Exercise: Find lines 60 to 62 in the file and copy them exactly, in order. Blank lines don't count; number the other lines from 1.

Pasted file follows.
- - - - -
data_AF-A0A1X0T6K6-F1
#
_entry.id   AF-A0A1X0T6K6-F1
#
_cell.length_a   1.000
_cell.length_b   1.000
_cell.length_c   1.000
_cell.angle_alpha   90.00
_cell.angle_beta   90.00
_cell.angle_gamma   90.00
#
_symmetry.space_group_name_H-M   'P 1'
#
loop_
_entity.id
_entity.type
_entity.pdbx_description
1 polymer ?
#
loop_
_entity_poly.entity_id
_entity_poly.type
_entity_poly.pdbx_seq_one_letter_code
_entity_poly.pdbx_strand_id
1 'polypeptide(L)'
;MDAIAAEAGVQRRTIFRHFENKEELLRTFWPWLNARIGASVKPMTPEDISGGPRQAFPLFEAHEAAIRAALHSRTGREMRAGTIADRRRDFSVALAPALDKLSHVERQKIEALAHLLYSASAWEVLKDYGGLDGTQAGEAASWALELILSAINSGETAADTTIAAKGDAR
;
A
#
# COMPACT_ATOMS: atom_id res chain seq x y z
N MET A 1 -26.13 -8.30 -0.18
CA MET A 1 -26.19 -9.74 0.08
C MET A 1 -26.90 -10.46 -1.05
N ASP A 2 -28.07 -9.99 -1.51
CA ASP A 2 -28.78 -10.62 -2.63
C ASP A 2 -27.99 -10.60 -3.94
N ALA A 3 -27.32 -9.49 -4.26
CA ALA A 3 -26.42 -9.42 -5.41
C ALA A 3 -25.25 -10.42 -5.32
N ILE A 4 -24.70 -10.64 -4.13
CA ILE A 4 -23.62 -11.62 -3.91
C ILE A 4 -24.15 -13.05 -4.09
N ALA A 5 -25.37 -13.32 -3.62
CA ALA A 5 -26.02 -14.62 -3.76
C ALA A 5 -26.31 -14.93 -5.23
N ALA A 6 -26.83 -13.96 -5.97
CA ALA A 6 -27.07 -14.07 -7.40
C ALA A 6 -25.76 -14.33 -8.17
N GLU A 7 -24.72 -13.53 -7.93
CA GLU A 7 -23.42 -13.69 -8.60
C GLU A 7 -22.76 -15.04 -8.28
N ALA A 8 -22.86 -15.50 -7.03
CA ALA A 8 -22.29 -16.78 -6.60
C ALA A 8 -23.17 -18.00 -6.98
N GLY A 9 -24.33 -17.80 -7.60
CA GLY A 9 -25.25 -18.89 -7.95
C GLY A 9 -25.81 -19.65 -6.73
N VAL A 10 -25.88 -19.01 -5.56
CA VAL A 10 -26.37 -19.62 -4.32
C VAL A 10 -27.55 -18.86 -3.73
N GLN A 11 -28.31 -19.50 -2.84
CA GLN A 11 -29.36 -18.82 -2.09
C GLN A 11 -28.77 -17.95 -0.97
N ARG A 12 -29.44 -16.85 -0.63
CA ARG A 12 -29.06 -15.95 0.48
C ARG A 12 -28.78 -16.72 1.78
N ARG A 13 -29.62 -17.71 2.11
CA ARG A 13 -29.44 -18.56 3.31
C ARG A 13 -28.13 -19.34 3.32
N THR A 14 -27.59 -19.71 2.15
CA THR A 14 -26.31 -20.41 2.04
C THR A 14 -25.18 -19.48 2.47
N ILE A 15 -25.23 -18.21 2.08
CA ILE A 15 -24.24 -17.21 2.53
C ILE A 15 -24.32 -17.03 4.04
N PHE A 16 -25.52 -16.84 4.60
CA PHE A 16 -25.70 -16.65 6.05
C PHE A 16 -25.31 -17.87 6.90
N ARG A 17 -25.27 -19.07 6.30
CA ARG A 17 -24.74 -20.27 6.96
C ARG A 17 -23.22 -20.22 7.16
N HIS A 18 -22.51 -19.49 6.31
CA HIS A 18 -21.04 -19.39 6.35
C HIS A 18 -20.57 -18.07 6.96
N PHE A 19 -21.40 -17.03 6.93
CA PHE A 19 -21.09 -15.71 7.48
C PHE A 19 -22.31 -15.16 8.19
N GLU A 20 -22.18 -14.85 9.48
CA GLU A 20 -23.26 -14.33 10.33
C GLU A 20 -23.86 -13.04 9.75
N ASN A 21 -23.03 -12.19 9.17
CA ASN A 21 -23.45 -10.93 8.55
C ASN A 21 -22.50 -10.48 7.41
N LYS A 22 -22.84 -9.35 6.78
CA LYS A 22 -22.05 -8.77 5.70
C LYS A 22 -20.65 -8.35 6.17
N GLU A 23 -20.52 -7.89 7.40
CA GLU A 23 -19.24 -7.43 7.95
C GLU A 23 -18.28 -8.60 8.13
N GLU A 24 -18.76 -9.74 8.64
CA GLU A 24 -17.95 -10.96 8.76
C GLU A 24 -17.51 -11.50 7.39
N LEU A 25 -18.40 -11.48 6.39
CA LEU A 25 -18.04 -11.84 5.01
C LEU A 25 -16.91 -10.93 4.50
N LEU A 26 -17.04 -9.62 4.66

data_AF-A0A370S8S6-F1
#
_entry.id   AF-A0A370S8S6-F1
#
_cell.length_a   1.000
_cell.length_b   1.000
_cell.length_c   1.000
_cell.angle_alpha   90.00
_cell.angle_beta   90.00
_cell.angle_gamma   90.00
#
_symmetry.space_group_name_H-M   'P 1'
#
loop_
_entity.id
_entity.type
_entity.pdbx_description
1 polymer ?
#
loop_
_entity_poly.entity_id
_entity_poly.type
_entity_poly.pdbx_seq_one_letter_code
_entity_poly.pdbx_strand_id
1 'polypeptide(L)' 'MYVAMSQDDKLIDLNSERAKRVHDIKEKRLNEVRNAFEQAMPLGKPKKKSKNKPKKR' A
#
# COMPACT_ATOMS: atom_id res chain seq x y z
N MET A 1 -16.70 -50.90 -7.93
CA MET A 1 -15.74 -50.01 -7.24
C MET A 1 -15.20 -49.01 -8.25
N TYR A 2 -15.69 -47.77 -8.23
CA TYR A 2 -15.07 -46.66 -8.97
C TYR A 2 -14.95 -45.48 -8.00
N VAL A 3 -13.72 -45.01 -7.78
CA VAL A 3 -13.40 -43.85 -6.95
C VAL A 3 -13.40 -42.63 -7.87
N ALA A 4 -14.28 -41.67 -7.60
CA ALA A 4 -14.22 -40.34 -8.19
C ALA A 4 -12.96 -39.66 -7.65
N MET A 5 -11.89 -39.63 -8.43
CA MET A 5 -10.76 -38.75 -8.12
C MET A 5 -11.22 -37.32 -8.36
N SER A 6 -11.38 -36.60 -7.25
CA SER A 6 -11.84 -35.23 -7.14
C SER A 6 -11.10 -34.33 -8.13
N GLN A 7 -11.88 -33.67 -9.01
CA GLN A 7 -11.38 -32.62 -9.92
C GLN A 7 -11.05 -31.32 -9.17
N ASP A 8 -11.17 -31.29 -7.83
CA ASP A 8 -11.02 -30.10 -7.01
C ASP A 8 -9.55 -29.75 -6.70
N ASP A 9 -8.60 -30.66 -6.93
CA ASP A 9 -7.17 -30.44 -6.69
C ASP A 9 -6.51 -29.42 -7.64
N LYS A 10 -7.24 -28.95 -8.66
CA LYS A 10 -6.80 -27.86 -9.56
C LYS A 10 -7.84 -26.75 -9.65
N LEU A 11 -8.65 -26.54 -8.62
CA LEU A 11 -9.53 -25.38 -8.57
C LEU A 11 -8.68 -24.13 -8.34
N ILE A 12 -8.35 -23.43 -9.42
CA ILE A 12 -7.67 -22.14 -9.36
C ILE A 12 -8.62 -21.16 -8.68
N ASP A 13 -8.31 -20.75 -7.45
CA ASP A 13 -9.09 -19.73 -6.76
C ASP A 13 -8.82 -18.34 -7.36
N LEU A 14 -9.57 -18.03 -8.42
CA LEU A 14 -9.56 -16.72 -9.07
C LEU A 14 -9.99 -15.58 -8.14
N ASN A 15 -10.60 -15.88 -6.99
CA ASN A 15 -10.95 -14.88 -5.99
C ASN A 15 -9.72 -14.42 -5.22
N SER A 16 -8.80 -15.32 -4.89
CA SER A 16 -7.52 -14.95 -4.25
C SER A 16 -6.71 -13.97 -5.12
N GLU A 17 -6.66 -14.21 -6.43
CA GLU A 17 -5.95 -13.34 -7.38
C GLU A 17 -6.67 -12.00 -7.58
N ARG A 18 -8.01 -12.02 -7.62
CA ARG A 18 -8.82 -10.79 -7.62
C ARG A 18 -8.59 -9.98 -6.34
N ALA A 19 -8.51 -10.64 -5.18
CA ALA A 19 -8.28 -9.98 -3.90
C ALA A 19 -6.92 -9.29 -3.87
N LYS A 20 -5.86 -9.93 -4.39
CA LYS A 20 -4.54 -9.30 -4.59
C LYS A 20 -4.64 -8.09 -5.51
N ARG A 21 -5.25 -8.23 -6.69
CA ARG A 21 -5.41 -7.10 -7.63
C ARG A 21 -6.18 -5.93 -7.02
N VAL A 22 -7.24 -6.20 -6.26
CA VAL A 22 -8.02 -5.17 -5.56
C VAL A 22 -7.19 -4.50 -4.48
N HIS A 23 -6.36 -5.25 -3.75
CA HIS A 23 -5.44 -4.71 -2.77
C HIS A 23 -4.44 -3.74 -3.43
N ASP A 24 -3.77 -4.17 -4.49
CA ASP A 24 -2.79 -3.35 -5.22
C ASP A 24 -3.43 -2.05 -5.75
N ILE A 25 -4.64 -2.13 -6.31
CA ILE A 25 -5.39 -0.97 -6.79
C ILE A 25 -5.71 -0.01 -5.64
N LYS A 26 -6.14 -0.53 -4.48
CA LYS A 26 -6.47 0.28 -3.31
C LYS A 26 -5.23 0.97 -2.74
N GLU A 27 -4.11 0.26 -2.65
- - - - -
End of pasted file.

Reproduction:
C VAL A 10 -27.55 -18.86 -3.73
N GLN A 11 -28.31 -19.50 -2.84
CA GLN A 11 -29.36 -18.82 -2.09